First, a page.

"Data-Driven Thinking" is written by members of the media community and contains fresh ideas on the digital revolution in media.
Today’s column is written by Ben Barokas, co-founder and CEO at Sourcepoint.
Following Facebook’s announcement last month, ad-blocking software may be rendered ineffective on the social network. With its decision to bypass blocking technology on its desktop website, ads will be served to all users, regardless of whether they have opted to block ads via software.
But while Facebook’s move in favor of ad reinsertion — the delivery of ads even in the presence of ad blocker — has been met with approval and dubbed a “spot-on” choice by Interactive Advertising Bureau (IAB) President Randall Rothenberg, it may leave some companies in a fix. Like, for example, GroupM.
Two months ago, GroupM laid out its position on ad blocking and ad reinsertion but it had the opposite message. GroupM’s view is that ad reinsertion is the “least consumer-friendly option” and the organization announced it would no longer pay for reinserted ads.
Both statements follow a sharp rise in ad block usage, with the latest IAB US report finding more than a quarter of internet users stateside now deploy the software on desktop. As a result, the cost for digital publishers that rely on advertising revenue is spiraling, and by 2020 global content producers are expected to have lost $27 billion to blockers.
GroupM’s decision to steer its clients away from purchasing ad impressions delivered to ad block users now potentially limits its trading options as Facebook commits to ad reinsertion. When we consider the significant reach of Facebook with its 1.7 billion active users and its growing significance to advertisers, the consequences for GroupM could be severe if it sticks to its guns. So, the big question is: Will the organization stand on principle or relax the rules?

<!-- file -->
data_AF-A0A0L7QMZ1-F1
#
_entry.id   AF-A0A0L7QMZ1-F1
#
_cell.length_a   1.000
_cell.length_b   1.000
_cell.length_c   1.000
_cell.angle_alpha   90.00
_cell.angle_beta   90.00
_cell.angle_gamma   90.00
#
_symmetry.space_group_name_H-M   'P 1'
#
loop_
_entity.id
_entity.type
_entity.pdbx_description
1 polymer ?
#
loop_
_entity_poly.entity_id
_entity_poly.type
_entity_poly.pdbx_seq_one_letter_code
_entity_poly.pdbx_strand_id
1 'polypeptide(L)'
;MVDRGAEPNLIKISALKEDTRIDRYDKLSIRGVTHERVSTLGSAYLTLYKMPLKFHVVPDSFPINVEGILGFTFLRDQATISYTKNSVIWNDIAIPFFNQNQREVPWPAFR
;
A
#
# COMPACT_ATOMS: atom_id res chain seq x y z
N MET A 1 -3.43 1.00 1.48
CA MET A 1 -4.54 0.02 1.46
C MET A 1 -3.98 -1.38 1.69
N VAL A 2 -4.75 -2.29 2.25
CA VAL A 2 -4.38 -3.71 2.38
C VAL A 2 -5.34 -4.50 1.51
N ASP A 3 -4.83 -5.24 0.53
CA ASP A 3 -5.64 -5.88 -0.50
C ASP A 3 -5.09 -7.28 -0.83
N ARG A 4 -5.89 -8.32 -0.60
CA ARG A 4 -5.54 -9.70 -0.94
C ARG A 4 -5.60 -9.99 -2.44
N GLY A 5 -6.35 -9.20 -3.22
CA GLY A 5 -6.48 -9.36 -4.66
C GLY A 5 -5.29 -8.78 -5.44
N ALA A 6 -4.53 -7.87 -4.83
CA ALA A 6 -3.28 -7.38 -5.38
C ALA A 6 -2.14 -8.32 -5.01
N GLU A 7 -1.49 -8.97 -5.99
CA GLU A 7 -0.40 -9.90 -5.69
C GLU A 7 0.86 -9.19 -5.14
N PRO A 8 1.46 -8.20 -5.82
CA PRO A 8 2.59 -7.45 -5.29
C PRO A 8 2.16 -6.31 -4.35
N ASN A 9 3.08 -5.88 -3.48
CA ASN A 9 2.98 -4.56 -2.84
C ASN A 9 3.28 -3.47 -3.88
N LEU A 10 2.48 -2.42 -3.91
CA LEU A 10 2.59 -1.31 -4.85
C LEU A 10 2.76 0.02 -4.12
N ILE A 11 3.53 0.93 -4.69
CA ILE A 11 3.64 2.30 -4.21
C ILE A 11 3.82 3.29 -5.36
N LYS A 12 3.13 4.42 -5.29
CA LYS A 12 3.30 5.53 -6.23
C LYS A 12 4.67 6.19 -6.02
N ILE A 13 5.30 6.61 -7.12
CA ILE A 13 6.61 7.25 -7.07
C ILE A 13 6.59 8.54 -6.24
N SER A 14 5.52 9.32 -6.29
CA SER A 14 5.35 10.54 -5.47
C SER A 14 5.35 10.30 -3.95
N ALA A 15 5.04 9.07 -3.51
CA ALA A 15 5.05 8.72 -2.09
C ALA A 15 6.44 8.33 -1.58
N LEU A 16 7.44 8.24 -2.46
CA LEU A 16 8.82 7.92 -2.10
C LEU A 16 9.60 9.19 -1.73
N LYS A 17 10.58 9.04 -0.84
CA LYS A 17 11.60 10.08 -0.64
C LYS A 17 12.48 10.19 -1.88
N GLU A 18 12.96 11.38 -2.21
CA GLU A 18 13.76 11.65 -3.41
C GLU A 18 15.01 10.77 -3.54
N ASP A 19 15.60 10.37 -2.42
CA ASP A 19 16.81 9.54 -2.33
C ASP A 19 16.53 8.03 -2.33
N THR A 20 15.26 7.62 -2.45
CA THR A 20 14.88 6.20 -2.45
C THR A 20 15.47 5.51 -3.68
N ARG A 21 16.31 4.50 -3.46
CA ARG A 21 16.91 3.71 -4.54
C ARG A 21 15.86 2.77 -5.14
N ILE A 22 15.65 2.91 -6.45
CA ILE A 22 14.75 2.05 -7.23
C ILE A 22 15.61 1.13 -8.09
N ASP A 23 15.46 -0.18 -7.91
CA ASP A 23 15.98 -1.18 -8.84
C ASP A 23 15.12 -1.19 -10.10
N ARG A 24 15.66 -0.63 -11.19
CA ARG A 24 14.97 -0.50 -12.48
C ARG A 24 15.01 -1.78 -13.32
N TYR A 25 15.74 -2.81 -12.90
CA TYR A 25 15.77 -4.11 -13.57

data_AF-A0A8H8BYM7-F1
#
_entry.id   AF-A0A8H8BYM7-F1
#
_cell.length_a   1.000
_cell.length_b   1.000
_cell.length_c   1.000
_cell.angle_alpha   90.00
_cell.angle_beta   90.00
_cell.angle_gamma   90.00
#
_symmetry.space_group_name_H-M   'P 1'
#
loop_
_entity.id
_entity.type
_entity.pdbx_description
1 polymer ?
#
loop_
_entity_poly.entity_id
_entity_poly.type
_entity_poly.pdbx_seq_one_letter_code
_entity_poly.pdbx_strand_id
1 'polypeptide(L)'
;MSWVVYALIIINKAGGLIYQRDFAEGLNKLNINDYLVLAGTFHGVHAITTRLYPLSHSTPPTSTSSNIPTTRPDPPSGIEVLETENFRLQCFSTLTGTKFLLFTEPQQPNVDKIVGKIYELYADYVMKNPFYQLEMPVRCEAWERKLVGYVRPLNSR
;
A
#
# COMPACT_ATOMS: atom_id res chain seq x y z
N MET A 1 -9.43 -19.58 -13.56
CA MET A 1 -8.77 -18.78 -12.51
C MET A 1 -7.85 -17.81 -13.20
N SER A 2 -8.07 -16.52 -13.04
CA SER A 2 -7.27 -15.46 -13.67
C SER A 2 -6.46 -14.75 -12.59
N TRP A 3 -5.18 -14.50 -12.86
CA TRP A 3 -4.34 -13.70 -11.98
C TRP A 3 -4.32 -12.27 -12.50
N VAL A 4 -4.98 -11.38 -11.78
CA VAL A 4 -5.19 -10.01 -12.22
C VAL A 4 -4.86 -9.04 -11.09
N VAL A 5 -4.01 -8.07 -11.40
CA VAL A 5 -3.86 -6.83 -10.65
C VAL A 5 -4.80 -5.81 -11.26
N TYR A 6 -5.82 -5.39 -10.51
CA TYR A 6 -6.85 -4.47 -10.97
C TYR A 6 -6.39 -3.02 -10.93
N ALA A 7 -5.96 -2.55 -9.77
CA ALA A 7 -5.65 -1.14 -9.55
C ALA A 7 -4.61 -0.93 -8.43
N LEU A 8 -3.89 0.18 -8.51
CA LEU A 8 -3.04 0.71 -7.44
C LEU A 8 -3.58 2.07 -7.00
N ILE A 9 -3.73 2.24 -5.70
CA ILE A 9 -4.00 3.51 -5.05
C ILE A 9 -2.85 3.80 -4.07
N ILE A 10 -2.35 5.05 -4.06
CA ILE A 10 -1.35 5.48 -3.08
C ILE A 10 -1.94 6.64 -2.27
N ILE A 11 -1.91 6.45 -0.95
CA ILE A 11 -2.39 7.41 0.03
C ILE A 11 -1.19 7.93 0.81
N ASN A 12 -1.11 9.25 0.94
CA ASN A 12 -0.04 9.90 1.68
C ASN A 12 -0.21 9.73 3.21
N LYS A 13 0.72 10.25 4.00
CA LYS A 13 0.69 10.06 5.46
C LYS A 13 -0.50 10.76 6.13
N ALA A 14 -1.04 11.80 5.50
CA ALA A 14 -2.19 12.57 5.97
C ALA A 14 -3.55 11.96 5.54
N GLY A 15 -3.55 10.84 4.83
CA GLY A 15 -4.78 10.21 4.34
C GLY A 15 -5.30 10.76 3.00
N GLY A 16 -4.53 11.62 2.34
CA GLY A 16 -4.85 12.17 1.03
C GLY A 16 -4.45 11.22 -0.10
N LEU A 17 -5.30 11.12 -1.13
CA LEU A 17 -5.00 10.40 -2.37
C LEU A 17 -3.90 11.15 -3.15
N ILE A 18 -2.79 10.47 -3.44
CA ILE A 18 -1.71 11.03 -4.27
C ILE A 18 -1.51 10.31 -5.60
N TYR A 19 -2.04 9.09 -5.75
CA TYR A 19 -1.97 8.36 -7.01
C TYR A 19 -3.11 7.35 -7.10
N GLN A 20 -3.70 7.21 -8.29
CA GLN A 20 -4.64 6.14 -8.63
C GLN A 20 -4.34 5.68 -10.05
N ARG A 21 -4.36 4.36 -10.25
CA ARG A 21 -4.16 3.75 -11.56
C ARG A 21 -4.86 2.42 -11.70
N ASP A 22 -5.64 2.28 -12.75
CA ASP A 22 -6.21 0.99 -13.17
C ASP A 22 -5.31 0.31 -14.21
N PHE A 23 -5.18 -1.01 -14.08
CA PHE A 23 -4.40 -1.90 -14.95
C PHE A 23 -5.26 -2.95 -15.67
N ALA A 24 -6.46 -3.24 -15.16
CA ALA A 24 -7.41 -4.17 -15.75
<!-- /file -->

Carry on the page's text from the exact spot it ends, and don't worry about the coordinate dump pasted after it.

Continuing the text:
GroupM’s convictions are clearly about to be tested. If we consider that the decision to forego purchase of reinserted ad impressions will now deny its clients the ability to reach a significantly sized audience across the Facebook platform, a rethink is a strong possibility. While GroupM has previously demonstrated a strong resolve to potentially controversial positions – as evidenced by its decision to commit to 100% viewability – it remains to be seen whether the allure of Facebook’s significant reach will be enough to cause a rethink.
It is commendable that both Facebook and GroupM have formed opinions and are taking action on this issue. But both Facebook and GroupM are pursuing fairly blunt, singularly focused approaches. While Facebook has provided controls for helping to manage advertising preferences, users are still left with just one choice – advertising – as a means of “paying” for its services.
Facebook and GroupM have made bold leaps in advancing the ad-blocking conversation, and while we may not be at the final destination yet, the move has brought the critical issue of ad blocking back to the forefront. We are still in the very early innings as we work to ensure a sustainable digital ecosystem, and while we cannot firmly predict what happens next, these actions are certainly the first of many to come as big players in digital publishing aim to ensure continued relevancy and viability.